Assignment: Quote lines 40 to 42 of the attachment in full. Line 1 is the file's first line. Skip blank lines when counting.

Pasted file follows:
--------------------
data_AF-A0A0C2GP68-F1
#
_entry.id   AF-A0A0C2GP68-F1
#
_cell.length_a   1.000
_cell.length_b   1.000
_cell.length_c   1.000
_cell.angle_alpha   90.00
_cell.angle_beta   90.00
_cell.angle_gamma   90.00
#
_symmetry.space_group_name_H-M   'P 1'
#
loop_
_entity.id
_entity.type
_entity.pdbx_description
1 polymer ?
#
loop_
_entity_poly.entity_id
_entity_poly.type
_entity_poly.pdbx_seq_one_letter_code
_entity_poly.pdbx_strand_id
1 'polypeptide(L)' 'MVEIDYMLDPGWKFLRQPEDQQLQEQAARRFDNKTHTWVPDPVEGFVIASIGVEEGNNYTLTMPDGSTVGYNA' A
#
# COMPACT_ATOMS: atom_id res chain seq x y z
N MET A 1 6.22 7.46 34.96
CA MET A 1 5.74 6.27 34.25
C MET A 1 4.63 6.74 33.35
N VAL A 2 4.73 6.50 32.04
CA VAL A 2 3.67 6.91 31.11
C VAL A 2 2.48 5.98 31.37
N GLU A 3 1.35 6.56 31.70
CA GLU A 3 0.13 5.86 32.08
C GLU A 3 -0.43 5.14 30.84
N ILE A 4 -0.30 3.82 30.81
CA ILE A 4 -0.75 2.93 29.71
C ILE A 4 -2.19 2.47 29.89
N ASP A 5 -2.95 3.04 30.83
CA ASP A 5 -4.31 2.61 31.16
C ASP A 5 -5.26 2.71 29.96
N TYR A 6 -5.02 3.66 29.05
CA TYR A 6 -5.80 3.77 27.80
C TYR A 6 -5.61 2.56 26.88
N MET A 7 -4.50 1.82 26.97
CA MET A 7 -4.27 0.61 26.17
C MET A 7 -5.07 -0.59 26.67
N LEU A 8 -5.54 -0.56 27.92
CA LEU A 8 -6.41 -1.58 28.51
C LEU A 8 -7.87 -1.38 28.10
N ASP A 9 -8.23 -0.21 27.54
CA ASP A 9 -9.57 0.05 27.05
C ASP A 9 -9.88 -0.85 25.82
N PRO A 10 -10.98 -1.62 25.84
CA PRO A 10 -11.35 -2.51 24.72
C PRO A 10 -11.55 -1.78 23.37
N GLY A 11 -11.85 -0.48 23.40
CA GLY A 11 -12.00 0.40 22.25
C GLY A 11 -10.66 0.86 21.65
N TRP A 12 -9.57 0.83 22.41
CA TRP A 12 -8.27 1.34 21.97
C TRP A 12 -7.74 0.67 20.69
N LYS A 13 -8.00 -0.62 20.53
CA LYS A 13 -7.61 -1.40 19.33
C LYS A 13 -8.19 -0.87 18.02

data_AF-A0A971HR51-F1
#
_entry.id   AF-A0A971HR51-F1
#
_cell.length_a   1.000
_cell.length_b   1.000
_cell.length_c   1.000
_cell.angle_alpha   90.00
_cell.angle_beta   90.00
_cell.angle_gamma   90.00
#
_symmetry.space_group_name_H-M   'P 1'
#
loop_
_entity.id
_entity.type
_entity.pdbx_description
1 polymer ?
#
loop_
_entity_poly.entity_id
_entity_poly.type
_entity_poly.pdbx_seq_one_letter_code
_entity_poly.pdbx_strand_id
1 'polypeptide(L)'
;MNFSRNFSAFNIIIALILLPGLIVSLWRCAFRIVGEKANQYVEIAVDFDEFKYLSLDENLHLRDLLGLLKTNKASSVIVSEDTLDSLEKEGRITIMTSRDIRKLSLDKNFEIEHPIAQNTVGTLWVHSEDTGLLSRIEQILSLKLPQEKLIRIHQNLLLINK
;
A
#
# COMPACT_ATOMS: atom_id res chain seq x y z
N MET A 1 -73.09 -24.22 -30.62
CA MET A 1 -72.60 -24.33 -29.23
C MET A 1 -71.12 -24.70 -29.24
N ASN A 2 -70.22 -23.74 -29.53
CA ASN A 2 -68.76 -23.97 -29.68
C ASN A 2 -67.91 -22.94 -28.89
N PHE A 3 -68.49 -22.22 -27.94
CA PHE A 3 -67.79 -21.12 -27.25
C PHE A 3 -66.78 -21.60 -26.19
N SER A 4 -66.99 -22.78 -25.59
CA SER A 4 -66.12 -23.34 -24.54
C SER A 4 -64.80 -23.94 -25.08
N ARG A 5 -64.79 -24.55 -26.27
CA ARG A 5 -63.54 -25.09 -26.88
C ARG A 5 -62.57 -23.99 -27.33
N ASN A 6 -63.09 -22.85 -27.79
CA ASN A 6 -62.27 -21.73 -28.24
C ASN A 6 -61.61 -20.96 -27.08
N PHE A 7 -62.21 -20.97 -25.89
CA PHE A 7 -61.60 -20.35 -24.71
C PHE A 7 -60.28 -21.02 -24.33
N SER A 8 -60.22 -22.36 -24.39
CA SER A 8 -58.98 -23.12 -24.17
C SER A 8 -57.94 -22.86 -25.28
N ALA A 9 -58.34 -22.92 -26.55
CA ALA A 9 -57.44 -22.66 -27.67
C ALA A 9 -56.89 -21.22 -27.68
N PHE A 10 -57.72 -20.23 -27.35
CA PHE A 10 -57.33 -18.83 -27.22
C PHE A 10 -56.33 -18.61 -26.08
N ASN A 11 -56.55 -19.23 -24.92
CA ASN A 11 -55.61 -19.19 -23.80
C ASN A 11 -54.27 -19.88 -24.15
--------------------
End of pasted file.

N ASP A 5 -2.95 3.04 30.83
CA ASP A 5 -4.31 2.61 31.16
C ASP A 5 -5.26 2.71 29.96